The sun is shining, the weather is sweet… summer is here! This small, basic patchwork quilt is the perfect size for picnics in the park, taking along to a festival, wrapping around your shoulders as you sit around the campfire, or even snuggling under on the sofa.
This project is suitable for beginners and can easily be adapted – add an extra row of squares on each side to make it a double bed sized quilt, or a row less on each side makes a great baby quilt. These quilts also make wonderful quick & easy handmade gifts.
You Will Need:
* Tokyo Textiles Fabric Set Bセット which includes 12 fat quarters and one panel of beautiful Japanese cotton fabric. (Note: Cotton fabrics should be pre-washed to prevent shrinking once the quilt is made).
* 143cm x 143cm piece of cotton fabric to back the quilt (Note: I added a border to each side of my backing fabric as it was only 137 cm wide)
* 143cm x 143cm polyester wadding to fill the quilt (Note: I joined two pieces of wadding as it was only 137 cm wide)
* 6 metres of wide cotton binding
* Your sewing machine, iron, long quilting pins, tracing paper, scissors & neutral coloured thread
Step 1: Preparing your fabric pieces
Cut four 23cm x 23cm squares from each of your twelve fat quarters and one from your fabric panel. I made a 23cm x 23cm template from tracing paper and pinned it to my fabric, cutting the squares out one by one. If you have a cutting mat, ruler and rotary cutter you can use those to cut your squares out instead. You will end up with 49 squares in total.
Once you have cut out all of your squares, lay them out in 7 rows of 7. Spend some time re-arranging the different fabrics until you are pleased with your design. A double bed or a clean floor is a great place to do this.
Step 2: Creating your quilt top
Once you have decided on a layout, pick up one row of squares at a time and one by one pin them together and stitch with a 1.5cm seam allowance. Make sure your seam allowances are as accurate as possible so that your squares will line up neatly.
You will end up with 7 rows of squares.
Next, press your seam allowances flat. On the first row, press all seam allowances upwards. On the second row, press all seam allowances downwards. Alternate between pressing up and down on all seven rows.
When you look at the rows side by side, the seam allowances will face in different directions, like so.
Next, pin the rows together one by one and stitch.
Your seams will ‘nest’ together at the corners because they have been pressed in different directions. This helps to cut down on bulk.
Press all seam allowances open.
Congratulations, you’ve completed the top of your quilt! Stand back and admire.
Step 3: Constructing your quilt
Creat a ‘quilt sandwich’ by laying your backing fabric, polyester wadding and quilt top on top of each other. Line them up carefully and smooth out any creases.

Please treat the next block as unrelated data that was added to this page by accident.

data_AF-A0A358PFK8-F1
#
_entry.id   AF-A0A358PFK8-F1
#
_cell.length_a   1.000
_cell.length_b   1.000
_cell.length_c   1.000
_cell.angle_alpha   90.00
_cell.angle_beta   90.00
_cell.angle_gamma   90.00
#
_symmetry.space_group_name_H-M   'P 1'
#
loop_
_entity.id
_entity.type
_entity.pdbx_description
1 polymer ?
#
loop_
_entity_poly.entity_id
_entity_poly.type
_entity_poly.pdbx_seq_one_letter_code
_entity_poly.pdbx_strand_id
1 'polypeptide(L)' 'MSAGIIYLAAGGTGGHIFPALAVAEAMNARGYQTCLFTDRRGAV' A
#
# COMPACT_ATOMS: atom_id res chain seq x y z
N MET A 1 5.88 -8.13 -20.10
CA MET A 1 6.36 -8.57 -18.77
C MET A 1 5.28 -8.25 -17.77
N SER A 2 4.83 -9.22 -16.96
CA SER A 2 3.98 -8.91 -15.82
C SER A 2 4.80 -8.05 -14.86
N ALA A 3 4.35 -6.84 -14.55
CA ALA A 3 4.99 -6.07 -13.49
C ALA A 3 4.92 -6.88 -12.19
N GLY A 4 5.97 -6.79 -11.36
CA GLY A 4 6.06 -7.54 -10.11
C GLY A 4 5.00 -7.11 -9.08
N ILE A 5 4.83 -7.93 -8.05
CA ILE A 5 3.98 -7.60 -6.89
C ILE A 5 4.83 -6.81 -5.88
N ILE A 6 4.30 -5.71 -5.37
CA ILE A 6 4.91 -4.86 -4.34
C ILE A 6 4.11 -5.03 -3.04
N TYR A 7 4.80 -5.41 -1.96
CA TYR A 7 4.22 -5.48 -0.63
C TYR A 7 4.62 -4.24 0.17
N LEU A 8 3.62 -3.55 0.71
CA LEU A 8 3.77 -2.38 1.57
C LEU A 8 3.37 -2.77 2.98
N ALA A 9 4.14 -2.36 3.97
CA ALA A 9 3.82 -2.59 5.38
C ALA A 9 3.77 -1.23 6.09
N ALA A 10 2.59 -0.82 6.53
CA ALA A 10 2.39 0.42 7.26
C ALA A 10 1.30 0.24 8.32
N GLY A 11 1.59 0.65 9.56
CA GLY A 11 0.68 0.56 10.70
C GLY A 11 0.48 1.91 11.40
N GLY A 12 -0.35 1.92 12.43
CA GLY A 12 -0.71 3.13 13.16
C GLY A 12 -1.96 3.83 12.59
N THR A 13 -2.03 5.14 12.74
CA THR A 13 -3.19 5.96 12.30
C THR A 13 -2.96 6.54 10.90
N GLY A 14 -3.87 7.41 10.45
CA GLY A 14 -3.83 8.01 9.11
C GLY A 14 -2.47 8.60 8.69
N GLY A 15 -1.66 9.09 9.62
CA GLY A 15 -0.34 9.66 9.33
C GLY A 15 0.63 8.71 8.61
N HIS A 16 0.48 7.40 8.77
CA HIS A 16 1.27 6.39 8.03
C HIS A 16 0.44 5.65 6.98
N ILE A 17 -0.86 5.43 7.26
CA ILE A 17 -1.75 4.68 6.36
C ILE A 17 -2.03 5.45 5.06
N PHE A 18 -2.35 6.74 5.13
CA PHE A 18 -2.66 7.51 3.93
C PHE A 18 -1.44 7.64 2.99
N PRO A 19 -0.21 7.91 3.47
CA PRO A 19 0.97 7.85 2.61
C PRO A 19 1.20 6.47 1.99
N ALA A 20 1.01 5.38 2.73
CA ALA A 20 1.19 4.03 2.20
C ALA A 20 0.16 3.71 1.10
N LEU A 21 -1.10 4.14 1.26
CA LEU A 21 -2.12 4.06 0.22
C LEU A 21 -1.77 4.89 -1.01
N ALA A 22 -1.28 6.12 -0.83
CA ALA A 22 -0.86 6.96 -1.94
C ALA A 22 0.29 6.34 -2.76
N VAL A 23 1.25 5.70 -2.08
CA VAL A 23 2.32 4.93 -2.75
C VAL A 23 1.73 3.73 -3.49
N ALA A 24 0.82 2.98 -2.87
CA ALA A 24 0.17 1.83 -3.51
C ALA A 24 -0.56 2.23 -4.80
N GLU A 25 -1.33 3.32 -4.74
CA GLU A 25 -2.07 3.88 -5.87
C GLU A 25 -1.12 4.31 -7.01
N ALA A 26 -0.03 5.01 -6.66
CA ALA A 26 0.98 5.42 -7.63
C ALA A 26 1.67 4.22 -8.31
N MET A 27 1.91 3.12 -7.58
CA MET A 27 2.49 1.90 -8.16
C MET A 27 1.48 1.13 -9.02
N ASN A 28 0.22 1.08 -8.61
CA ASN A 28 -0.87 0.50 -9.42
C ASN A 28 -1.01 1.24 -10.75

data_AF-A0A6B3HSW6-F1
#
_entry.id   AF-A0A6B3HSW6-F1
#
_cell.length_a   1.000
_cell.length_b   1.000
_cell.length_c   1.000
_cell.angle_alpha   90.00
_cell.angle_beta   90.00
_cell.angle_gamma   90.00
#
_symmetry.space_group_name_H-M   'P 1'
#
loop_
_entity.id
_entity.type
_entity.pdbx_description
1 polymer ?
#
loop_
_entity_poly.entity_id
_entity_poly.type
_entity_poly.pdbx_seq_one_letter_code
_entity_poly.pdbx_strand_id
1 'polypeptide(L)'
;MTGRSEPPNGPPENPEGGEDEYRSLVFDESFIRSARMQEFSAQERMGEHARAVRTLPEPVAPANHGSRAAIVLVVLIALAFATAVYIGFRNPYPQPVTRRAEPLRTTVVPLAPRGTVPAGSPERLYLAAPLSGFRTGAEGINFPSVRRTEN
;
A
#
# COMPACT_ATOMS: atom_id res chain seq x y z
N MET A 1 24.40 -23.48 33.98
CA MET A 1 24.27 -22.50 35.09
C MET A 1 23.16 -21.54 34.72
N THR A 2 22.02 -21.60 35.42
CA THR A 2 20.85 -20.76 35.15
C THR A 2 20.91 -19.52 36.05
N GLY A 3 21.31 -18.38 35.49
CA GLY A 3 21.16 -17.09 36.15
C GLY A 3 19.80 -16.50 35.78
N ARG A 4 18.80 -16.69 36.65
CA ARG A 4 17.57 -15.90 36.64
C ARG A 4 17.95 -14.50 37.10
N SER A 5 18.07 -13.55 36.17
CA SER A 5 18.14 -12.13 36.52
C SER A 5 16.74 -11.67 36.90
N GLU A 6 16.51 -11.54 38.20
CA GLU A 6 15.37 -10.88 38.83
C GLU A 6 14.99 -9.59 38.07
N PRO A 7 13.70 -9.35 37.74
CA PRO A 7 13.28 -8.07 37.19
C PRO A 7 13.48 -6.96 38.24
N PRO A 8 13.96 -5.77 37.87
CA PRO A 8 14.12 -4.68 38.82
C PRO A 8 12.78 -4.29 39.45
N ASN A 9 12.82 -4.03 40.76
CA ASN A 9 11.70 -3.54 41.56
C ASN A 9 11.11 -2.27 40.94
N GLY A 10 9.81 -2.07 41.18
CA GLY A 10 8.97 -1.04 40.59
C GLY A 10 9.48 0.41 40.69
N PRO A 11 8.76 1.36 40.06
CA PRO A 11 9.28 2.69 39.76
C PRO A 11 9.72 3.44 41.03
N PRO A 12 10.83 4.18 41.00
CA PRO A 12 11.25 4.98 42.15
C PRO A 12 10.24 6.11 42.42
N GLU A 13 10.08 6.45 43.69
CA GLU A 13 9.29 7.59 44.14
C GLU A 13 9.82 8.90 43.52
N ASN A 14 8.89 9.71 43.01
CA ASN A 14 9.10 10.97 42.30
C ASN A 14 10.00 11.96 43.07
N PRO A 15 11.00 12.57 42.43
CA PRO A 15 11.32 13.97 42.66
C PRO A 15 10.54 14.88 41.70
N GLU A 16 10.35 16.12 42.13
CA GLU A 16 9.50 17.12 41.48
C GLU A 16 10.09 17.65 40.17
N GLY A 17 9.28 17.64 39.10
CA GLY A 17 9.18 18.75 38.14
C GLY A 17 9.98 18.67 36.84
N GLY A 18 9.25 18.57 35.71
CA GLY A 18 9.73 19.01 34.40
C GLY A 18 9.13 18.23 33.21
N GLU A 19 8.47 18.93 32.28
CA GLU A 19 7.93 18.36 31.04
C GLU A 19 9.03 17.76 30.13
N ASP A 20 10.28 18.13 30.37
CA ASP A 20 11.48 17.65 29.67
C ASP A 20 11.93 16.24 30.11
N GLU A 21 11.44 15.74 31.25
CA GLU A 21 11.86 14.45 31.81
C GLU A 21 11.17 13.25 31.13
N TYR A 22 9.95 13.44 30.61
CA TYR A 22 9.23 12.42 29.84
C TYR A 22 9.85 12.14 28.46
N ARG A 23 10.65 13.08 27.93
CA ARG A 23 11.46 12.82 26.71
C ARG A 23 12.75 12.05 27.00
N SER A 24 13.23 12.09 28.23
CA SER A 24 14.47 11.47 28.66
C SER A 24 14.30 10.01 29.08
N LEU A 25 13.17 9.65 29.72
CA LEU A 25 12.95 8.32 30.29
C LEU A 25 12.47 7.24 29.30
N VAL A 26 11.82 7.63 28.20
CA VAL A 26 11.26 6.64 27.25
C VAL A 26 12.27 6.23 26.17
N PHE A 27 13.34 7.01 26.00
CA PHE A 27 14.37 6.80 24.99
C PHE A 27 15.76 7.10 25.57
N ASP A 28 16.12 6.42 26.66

Using long quilt pins, carefully pin around each and every square through the entire thickness (top, wadding and backing). Smooth out any creases as you go.
Now you are ready to quilt your blanket! There are many, many ways to do this. Some people prefer to quilt by hand, others quilt in decorative patterns. I chose the simplest method I know, simply machine stitch through the all layers in the ‘ditch’ of each seam, so that every seam is stitched. Start from one of the middle rows and work your way outwards.
Once you have quilted your blanket, trim any excess wadding and backing away so that all edges are even.
Step 4: Binding your quilt
Once again, there are many many ways to bind a quilt. I have chosen a very basic method. You can buy ready made binding, or you can make it yourself by cutting and ironing long strips of fabric.
Cut a pieces of binding the length of one side of your quilt. Carefully pin the binding to the edge of the quilt so that it encases all the raw edges. Stitch along the binding, being careful to keep all layers enclosed in the binding as you go. Repeat this step on the opposite side of the quilt.
Next, cut a piece of binding roughly 6 cm longer than the edge of your quilt. Fold under 3cm at the end and pin to the edge of your quilt, enclosing all raw edges, including the edge of the binding on the other edge. Stitch along this edge. At the end of the edge, fold under the last 3cm of the binding to finish the corner off neatly. Repeat this step on the final side of the quilt. By hand, slip stitch the open ends of the binding closed at each corner.
Ta da!Your quilt is complete! Now pack your picnic basket, head to the park and enjoy the sunshine in style!
I hope this tutorial is clear and easy to follow, as always feedback is appreciated and I am happy to help if you have any questions. I’d love to see a photo of your finished project! Check out the Tokyo Textiles shop for lots of gorgeous Japanese fabrics which would be perfect for this project.